Well, I'm back! I had a wonderful time in Nyngan - the View Club ladies were so very welcoming!! A big thank you to Di who organised for me to come out there and to Ruth for billeting me out for the night :)
I went with fellow Coolah resident, Eleanor Cook, the NSW Rural Woman of the Year who was speaking to these groups about herself and how she got to be voted as the NSW Rural Woman of the Year. It was fascinating to hear her story as one of 12 children (11 girls and 1 boy) in suburban Sydney, her life in PR and marketing, and her move to the country. As part of her new community she saw the town with the fresh eyes of a non-local and saw there was a need to revive the town which, over a period of many years, she worked so tirelessly on. The current town of Coolah, also recently voted as "community of the year" really has a new view on its existence and is determined to survive regardless of the closure of a large employer a few years ago and the rather devastating drought from which most of us are still recovering. It is wonderful to see the difference that one person can make - we tend to take these people for granted, but they work very hard to improve the lot of the majority, which they really should be recognised for! Eleanor's message to the ladies of Nyngan was to work out a plan - find what everyone agreed was important to improve, then work on it - keep the big picture, but work on the project in small bites - and as these projects are successful, celebrate your achievement with the community to keep them motivated and involved. By the time Eleanor had finished her talk, there were lots of motivated ladies, some of who needed new jewellery ;) - the feedback on my spring collection was dazzling! Thank you ladies!!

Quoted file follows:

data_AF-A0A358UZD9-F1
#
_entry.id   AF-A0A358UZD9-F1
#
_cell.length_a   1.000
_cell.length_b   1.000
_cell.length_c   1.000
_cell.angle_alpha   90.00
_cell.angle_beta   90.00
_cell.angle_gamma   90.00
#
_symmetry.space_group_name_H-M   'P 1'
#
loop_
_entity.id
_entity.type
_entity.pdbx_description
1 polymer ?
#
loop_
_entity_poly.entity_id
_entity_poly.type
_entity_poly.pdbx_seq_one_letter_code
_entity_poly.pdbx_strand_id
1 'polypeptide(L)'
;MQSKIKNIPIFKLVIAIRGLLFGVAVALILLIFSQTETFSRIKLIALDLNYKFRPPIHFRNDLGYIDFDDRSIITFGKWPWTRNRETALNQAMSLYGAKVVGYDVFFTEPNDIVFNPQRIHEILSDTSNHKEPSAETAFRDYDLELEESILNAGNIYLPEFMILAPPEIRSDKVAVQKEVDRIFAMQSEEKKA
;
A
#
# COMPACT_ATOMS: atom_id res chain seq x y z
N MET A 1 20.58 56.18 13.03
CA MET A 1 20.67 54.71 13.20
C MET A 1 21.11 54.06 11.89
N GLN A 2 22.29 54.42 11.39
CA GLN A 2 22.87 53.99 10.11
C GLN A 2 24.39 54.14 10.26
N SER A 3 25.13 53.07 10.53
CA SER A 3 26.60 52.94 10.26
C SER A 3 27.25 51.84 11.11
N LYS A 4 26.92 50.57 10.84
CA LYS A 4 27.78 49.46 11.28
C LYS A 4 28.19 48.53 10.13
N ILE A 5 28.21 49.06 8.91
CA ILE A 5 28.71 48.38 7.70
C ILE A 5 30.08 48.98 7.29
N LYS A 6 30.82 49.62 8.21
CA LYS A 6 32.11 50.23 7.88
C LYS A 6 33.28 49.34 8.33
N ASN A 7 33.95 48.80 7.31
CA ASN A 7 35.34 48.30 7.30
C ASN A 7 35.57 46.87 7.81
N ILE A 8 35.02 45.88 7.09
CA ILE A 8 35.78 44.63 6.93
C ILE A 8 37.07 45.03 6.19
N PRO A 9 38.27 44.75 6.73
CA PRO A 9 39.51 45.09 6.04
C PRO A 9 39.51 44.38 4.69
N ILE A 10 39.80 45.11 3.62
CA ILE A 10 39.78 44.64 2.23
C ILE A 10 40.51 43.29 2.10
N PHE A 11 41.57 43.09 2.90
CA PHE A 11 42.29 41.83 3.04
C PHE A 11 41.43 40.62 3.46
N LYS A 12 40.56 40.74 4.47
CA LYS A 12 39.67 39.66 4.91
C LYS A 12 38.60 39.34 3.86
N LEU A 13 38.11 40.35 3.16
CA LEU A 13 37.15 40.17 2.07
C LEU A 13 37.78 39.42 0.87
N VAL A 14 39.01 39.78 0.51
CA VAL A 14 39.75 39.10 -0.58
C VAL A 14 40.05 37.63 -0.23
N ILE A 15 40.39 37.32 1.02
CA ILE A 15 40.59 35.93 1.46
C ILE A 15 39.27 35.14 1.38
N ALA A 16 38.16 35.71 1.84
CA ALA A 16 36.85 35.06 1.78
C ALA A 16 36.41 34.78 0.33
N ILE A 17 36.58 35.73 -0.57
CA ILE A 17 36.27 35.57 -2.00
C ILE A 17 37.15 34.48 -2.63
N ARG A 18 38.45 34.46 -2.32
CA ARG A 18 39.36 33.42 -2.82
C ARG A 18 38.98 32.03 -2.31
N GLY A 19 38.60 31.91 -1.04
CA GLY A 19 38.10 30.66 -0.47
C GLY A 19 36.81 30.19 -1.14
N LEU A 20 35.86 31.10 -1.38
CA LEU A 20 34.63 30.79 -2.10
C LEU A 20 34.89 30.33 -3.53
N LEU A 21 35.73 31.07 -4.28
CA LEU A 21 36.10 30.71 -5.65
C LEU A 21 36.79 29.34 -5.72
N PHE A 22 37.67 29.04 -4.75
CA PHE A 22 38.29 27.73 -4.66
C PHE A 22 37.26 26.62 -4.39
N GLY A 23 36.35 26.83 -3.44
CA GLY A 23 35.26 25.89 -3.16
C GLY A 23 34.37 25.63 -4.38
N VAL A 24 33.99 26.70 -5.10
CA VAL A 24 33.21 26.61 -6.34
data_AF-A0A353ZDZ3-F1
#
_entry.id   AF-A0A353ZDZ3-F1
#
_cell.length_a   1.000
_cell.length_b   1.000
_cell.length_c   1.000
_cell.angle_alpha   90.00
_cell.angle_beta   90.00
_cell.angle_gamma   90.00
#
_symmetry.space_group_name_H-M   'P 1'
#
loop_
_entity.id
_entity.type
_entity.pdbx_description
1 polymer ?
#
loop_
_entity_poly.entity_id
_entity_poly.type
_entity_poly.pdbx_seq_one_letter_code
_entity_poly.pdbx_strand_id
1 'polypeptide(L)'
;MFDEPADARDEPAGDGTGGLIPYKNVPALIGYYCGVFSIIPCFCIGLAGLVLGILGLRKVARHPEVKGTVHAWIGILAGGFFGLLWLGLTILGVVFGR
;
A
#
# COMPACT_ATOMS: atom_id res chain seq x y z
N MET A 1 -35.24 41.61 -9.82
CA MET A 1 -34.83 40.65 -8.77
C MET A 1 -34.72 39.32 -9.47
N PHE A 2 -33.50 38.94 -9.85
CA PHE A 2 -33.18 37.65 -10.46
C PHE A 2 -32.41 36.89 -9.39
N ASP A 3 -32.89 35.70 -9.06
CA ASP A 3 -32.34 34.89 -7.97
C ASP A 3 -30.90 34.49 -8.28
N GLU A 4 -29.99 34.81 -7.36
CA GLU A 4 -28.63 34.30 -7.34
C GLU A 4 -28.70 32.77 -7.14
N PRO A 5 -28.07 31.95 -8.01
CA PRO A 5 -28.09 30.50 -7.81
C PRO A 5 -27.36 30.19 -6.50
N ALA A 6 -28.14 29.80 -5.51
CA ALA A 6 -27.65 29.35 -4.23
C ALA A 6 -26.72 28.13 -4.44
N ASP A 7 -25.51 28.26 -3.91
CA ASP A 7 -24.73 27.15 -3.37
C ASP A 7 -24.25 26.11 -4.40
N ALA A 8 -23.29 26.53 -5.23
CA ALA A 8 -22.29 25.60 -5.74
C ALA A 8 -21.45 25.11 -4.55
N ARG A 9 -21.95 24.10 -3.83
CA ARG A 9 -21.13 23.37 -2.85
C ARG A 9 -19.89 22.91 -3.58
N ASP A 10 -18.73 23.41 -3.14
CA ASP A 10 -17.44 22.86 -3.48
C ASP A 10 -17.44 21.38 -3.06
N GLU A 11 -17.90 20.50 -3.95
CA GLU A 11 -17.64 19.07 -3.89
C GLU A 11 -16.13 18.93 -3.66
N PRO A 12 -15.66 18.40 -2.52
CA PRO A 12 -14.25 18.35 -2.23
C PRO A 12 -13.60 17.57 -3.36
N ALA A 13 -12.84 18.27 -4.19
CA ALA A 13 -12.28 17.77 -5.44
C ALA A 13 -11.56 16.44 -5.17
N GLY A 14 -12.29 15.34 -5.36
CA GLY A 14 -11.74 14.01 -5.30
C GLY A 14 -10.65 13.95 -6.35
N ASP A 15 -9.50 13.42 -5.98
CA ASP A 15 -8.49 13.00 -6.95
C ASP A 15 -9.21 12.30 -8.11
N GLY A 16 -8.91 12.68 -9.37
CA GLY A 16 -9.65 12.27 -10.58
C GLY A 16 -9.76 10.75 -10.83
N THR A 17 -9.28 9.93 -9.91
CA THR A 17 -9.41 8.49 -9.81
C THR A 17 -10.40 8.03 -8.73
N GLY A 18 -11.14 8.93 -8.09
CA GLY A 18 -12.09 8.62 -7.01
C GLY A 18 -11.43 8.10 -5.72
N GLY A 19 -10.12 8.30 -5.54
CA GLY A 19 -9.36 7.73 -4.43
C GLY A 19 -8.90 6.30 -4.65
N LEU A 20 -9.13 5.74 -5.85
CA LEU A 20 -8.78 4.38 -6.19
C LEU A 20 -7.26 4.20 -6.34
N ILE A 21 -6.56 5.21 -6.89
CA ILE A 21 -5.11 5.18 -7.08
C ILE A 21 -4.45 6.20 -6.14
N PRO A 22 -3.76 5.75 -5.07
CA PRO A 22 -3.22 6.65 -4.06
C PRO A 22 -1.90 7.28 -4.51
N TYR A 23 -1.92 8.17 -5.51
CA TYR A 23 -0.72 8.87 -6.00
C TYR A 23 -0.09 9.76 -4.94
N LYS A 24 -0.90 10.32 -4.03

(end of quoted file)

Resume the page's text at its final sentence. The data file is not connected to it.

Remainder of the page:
Speaking of dazzling I wanted to share a pic of this beautiful sunstone necklace that has gone to a new home with one of the Nyngan ladies - it was only made a couple of weeks ago as were a few of the pieces I sold this week - so I won't get the opportunity to share it again I less I post it here!
The necklace is made of large, smooth nuggets of sunstone - a plagioclase feldspar which has shiny flecks of orange-red suspended within the stone which catch the light as it moves and give a beautiful, understated flash. Of average hardness (6-6.5) it is usually transluscent and one of the most well known sources of sunstone is Oregon in the USA. When I was looking at designing this piece I was in a conundrum - it's such a unique colour that other stones and pearls didn't enhance either the sunstone or themselves so what? I tried silver with it - but it drained the colour. I tried gold but it was too 'brassy' looking. Then I had tried silver and gold together and hey presto - just enough and not too much.
Metaphysically sunstone instills good nature, restores a good view on life and allows the real self to shine through. Traditionally it is linked to luck and good fortune.
No wonder I like it! Do you?